37P/Forbes

Japanese version
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Updated on June 8, 2013

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* Profile

Kazuo Kinoshita's calculation revealed that it passes close by Jupiter and the orbit changes frequently. In 20th and 21st century, the perihelion distance changes between 1.2 A.U. and 1.6 A.U. It comes closer to the sun in some appearances, but it does not in other cases.

Due to the approach to the Jupiter in 2001, the perihelion distance was increased from 1.45 A.U. to 1.57 A.U. Then the comet became fainter by 2 mag in spite of the difference of only 0.12 A.U.

It will be the farthest period of this comet after this until 2069. On the other hand, the perihelion distance will be reduced down to 1.2 A.U. and it will be in the closest period in late 21st century,

* Returns and Appearances

!Discovered *Appeared -Not observed #Appeared before discovery +Not observed before discovery .Returns in the future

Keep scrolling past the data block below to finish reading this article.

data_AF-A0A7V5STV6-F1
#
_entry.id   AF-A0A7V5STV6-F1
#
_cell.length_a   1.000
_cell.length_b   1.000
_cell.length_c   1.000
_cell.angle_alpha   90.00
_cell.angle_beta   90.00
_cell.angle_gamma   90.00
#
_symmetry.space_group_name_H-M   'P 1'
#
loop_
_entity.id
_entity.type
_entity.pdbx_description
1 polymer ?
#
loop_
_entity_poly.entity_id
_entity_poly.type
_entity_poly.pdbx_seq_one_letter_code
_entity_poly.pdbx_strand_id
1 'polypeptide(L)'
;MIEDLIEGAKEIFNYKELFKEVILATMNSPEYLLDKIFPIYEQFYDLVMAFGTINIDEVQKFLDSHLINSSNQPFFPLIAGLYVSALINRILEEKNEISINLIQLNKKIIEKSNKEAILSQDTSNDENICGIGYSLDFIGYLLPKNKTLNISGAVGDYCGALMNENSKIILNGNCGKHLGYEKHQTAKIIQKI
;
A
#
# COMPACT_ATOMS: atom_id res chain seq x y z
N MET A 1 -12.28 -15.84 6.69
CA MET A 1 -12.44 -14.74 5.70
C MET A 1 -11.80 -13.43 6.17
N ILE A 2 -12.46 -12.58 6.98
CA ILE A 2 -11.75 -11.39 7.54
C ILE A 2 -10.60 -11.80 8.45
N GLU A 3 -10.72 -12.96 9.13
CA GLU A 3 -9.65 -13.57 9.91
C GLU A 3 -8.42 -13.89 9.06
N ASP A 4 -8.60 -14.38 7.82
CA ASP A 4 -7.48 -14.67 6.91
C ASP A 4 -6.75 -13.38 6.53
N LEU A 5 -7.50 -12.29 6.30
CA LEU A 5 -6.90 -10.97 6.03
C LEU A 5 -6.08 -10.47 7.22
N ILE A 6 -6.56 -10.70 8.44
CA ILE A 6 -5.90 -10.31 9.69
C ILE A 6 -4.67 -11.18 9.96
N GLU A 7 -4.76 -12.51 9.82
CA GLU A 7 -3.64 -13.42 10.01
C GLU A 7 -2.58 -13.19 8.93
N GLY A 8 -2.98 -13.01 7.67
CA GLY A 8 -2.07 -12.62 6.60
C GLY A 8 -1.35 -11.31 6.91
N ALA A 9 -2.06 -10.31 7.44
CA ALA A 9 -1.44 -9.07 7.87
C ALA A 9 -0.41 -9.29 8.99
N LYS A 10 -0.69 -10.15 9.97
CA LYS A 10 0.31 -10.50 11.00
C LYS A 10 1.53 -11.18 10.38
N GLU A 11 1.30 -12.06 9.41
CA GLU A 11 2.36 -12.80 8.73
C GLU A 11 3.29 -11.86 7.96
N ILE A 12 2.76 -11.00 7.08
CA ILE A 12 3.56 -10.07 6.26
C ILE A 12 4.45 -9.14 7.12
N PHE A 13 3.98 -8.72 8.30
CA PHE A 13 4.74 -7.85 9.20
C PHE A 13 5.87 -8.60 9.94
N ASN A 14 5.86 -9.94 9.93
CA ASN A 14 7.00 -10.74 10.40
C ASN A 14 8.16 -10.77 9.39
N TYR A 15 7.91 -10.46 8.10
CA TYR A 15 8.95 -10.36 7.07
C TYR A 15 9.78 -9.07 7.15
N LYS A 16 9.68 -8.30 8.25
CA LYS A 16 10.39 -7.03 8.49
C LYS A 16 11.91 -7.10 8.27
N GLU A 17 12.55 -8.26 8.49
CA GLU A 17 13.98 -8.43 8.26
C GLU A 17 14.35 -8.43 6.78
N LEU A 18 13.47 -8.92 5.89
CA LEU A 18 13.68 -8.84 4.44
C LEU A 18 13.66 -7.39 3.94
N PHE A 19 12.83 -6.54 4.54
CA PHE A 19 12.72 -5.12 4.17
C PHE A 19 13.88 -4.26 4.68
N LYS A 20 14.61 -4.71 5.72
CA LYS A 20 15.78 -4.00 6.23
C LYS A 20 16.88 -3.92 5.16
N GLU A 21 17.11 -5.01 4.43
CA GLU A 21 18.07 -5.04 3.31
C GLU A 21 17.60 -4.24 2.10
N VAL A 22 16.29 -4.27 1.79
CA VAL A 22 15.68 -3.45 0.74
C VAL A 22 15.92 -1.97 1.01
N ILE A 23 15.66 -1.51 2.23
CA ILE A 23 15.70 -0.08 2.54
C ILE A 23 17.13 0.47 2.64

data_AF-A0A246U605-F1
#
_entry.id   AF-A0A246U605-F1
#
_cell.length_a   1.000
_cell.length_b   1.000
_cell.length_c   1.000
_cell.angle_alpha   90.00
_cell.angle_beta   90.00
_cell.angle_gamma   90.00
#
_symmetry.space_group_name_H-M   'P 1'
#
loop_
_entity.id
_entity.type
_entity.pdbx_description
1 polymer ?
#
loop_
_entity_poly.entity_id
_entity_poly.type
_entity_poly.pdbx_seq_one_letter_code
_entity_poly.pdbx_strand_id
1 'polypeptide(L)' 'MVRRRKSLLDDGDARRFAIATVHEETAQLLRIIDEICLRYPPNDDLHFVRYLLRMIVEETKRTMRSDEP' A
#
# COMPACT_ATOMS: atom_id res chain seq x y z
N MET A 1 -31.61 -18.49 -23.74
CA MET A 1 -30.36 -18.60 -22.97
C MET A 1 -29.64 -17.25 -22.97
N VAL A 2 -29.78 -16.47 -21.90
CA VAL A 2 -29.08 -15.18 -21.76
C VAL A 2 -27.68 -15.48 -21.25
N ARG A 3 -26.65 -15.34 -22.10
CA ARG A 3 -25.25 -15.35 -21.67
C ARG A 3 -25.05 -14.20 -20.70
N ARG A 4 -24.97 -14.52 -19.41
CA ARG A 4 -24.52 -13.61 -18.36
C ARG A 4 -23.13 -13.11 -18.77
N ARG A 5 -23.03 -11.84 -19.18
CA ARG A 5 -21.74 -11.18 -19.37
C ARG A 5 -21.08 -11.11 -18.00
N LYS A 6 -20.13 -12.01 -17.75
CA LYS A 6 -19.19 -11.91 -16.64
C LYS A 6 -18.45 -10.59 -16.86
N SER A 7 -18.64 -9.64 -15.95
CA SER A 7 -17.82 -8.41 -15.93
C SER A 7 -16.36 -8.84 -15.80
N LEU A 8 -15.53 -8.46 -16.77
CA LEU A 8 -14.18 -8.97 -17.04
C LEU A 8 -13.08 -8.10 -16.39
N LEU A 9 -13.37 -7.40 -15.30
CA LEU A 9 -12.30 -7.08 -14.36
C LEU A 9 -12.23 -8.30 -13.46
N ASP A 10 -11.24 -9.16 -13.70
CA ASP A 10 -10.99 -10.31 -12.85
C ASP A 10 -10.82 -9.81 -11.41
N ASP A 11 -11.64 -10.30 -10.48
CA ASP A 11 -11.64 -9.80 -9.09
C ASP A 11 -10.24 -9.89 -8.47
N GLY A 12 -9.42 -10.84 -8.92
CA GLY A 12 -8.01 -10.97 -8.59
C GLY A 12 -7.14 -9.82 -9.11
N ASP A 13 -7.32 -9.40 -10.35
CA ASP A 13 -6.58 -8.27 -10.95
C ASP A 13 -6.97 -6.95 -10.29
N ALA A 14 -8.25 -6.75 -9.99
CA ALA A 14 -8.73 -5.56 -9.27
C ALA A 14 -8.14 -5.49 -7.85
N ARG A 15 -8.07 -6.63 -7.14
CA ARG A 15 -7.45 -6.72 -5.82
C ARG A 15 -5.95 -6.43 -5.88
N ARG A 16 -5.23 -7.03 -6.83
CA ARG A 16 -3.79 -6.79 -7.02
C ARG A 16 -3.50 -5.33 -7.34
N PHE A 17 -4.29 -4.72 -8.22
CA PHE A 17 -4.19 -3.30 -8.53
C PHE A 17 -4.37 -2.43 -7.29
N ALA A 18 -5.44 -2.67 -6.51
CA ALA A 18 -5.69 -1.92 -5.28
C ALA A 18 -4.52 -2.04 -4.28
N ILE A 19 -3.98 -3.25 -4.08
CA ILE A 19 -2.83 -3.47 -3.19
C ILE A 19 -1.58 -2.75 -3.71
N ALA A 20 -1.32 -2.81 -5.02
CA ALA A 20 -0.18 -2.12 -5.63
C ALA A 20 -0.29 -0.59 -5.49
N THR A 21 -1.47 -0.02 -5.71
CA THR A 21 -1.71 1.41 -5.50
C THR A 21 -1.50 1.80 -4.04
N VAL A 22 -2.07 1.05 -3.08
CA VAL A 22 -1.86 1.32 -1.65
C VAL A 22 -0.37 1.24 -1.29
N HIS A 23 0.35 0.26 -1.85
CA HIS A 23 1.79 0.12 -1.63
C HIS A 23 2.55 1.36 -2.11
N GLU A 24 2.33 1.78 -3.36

.
2018 May 4
* 37P
2011 Dec. 11
* 37P
2005 Aug. 1
* 37P
1999 May 4
* 37P
1993 Mar. 14
* 37P
1987 Jan. 1
* 37P
1980 Sept.24
* 37P
1974 May 19
-
1967 Dec. 22
* 37P
1961 July 24
-
1955 Feb. 18
* 37P
1948 Sept.16
* 37P/1942 L1
1942 Apr. 16
-
1935 Nov. 15
! 37P/1929 P1
1929 June 26

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The perihelion dates in the past appearances are printed on Catalog of Cometary Orbits 1996.
The perihelion dates of non-observed returns from 1935 to 1967 are calculated using the Minor Planet & Comet Ephemeris Service.
Information on the discovery and historical highlights are available at General Comet Info (Gary W. Kronk).
The past and future orbital elements calculated by Kazuo Kinoshita (http://www9.ocn.ne.jp/~comet/pcmtn/0037p.htm).

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Copyright(C) Seiichi Yoshida (comet@aerith.net). All rights reserved.